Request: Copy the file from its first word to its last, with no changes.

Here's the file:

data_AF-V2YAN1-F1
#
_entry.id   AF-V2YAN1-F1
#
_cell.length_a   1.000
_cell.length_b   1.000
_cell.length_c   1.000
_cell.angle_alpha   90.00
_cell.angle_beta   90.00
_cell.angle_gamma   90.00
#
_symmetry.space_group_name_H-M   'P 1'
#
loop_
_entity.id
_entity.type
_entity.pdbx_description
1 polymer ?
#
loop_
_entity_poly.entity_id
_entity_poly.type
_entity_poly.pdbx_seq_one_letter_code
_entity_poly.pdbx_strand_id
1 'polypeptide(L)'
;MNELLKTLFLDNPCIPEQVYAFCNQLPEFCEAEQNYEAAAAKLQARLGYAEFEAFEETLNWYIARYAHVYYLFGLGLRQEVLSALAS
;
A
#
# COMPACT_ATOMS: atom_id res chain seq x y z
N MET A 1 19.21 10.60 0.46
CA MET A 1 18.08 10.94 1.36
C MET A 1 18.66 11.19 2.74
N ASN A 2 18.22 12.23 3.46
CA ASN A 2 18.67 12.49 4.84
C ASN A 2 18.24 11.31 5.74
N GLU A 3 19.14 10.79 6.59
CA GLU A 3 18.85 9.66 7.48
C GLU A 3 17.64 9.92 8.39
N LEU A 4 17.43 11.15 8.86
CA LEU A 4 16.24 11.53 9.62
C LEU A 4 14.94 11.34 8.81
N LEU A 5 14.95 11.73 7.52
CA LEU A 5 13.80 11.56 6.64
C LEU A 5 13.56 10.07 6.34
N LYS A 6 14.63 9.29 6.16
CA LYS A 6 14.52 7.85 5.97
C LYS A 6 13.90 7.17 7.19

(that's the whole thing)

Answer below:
data_AF-V2YAN1-F1
#
_entry.id   AF-V2YAN1-F1
#
_cell.length_a   1.000
_cell.length_b   1.000
_cell.length_c   1.000
_cell.angle_alpha   90.00
_cell.angle_beta   90.00
_cell.angle_gamma   90.00
#
_symmetry.space_group_name_H-M   'P 1'
#
loop_
_entity.id
_entity.type
_entity.pdbx_description
1 polymer ?
#
loop_
_entity_poly.entity_id
_entity_poly.type
_entity_poly.pdbx_seq_one_letter_code
_entity_poly.pdbx_strand_id
1 'polypeptide(L)'
;MNELLKTLFLDNPCIPEQVYAFCNQLPEFCEAEQNYEAAAAKLQARLGYAEFEAFEETLNWYIARYAHVYYLFGLGLRQEVLSALAS
;
A
#
# COMPACT_ATOMS: atom_id res chain seq x y z
N MET A 1 19.21 10.60 0.46
CA MET A 1 18.08 10.94 1.36
C MET A 1 18.66 11.19 2.74
N ASN A 2 18.22 12.23 3.46
CA ASN A 2 18.67 12.49 4.84
C ASN A 2 18.24 11.31 5.74
N GLU A 3 19.14 10.79 6.59
CA GLU A 3 18.85 9.66 7.48
C GLU A 3 17.64 9.92 8.39
N LEU A 4 17.43 11.15 8.86
CA LEU A 4 16.24 11.53 9.62
C LEU A 4 14.94 11.34 8.81
N LEU A 5 14.95 11.73 7.52
CA LEU A 5 13.80 11.56 6.64
C LEU A 5 13.56 10.07 6.34
N LYS A 6 14.63 9.29 6.16
CA LYS A 6 14.52 7.85 5.97
C LYS A 6 13.90 7.17 7.19